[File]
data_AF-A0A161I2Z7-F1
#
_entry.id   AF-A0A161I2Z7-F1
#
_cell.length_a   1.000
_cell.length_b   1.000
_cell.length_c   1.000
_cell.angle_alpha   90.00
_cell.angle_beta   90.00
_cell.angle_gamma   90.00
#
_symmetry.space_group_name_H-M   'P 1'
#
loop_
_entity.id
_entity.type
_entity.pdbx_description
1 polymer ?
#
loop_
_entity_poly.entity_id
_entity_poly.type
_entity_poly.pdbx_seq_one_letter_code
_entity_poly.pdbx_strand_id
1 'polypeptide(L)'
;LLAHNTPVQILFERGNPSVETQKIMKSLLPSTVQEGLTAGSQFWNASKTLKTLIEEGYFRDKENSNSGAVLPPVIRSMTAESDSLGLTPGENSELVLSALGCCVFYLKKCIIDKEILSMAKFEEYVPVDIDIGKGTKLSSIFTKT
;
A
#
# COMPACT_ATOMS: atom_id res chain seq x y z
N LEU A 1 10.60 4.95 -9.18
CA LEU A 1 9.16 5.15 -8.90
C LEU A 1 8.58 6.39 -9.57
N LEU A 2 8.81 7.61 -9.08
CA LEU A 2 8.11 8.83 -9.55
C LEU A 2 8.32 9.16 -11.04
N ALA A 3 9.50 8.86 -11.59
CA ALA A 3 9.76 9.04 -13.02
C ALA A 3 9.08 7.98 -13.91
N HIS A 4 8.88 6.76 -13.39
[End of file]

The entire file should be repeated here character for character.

data_AF-A0A161I2Z7-F1
#
_entry.id   AF-A0A161I2Z7-F1
#
_cell.length_a   1.000
_cell.length_b   1.000
_cell.length_c   1.000
_cell.angle_alpha   90.00
_cell.angle_beta   90.00
_cell.angle_gamma   90.00
#
_symmetry.space_group_name_H-M   'P 1'
#
loop_
_entity.id
_entity.type
_entity.pdbx_description
1 polymer ?
#
loop_
_entity_poly.entity_id
_entity_poly.type
_entity_poly.pdbx_seq_one_letter_code
_entity_poly.pdbx_strand_id
1 'polypeptide(L)'
;LLAHNTPVQILFERGNPSVETQKIMKSLLPSTVQEGLTAGSQFWNASKTLKTLIEEGYFRDKENSNSGAVLPPVIRSMTAESDSLGLTPGENSELVLSALGCCVFYLKKCIIDKEILSMAKFEEYVPVDIDIGKGTKLSSIFTKT
;
A
#
# COMPACT_ATOMS: atom_id res chain seq x y z
N LEU A 1 10.60 4.95 -9.18
CA LEU A 1 9.16 5.15 -8.90
C LEU A 1 8.58 6.39 -9.57
N LEU A 2 8.81 7.61 -9.08
CA LEU A 2 8.11 8.83 -9.55
C LEU A 2 8.32 9.16 -11.04
N ALA A 3 9.50 8.86 -11.59
CA ALA A 3 9.76 9.04 -13.02
C ALA A 3 9.08 7.98 -13.91
N HIS A 4 8.88 6.76 -13.39